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“The West Wing” Reunion Stirs Up Nostalgia

Tessa Roy ’16 / Emertainment Monthly Staff Writer

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Photo Credit: Tessa Roy/Emertainment Monthly.

The Bartlet Administration has reunited – in part. Fans of The West Wing were in for a treat last weekend as Bradley Whitford, Janel Moloney, and Richard Schiff (AKA Josh Lyman, Donnatella Moss, and Toby Ziegler) visited Harvard for a panel discussion and Q&A session. MSNBC’s Lawrence O’Donnell, a writer and executive producer for the show, joined them to serve as moderator. O’Donnell and Whitford were at Harvard in the flesh, while Moloney and Schiff participated via Skype and speakerphone.

“I’m going to keep a straight face through everything you say,” declared O’Donnell to Whitford at the beginning of the event. However, that promise wasn’t fulfilled for him or anyone in the audience; Whitford’s incredible sarcasm and dry humor had the entire room cracking up.

“Republicans aren’t funny, and watching them flirt makes you queasy,” he stated with a grimace, explaining why The West Wing would not have worked if the show had been about a Republican White House.

Moloney garnered a few laughs, too. She claimed her role in the show was initially much smaller since her character, Donna, was an assistant rather than a White House senior staffer. Thankfully, this changed, leading to Donna being included in almost every episode, although it did not seem that Moloney would have let go of the character easily:  “They were gonna have to work hard to get rid of me!” she stated. Co-star John Spencer (who played Leo McGarry) was there to back her up, and Moloney said he reassured her that she would be in the show “until the curtain goes down.”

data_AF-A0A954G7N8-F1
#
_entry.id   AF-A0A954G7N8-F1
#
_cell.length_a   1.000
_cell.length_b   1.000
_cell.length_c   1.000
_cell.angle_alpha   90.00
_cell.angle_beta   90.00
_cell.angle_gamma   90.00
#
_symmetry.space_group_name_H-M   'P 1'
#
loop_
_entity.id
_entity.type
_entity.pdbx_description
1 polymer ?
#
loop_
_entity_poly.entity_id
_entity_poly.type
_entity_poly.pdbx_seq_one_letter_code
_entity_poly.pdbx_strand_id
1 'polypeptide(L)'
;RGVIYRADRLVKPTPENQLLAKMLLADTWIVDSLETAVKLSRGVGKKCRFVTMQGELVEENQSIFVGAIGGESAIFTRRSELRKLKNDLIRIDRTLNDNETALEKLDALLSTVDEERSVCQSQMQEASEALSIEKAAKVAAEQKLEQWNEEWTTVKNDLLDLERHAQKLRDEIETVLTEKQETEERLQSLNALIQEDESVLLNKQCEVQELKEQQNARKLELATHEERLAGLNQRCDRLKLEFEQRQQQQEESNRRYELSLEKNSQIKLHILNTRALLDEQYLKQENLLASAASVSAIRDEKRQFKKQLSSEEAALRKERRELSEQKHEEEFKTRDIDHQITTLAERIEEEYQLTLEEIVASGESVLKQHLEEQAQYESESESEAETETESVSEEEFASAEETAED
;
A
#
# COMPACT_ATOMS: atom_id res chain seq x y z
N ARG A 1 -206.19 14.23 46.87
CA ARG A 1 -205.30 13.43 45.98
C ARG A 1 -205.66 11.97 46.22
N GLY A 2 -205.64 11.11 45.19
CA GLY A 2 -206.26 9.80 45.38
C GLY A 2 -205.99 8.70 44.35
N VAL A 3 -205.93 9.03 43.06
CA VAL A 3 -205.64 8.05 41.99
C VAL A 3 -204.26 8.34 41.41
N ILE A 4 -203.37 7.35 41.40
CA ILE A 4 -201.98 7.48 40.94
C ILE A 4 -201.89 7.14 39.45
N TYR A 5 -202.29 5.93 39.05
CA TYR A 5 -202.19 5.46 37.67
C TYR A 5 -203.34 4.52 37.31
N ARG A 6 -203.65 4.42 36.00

O’Donnell then cued for a clip to be played: the first meeting between Josh and Donna. The video rolled, and the memories kicked in. “I’m your new assistant!” a jubilant Donna declared. “Did I have an old assistant?” Josh responded, knowing she had essentially broken into his office. The audience giggled at the all-too-familiar scene while Whitford looked on with an undeniably reminiscent expression. Catching him during this moment of nostalgia was touching. It seemed he was missing the show just as much as all the dedicated viewers who still binge-watch the series eight years after it aired its final episode.

Whitford wasn’t the only one feeling the still-lasting love of The West Wing. Moloney said she feels lucky to have been a part of the show and is touched by the fact people continue to watch it. Schiff seconded her and added, “I had no idea it was going to be so successful.”

The conversation often turned back to show creator Aaron Sorkin. Schiff said Sorkin was very aware that The West Wing was not a typical television show. Whether Sorkin intended it to or not, the show had the potential to give insight into how real political processes worked. People might have taken it as fact, so it therefore had to be accurate and educational. “I think we did do some [political] teaching, and I think Aaron knew that,” Schiff said.

Moloney had her own recollections of Sorkin, particularly of how he liked to “have fun” with gender stereotypes in his characters. But he wasn’t a sexist, she claimed. He did, in fact, create C.J. Cregg (played memorably by Allison Janney), the witty, tough-as-nails press-secretary-turned-chief-of-staff of the Bartlet Administration. “No one’s more of a badass than C.J. Cregg,” Moloney claimed.

The best part of the event was not the stories or the memories, or even one of Moloney’s kids accidentally disconnecting her webcam (it was only for a minute, and it was actually quite cute); rather, it was the connection between the four show alums and the audience. Each and every person was there to celebrate their never-ending infatuation with one of the most beloved television shows of all time. The West Wing may be off the air, but it will remain alive through its fans who hold it so dearly in their hearts.

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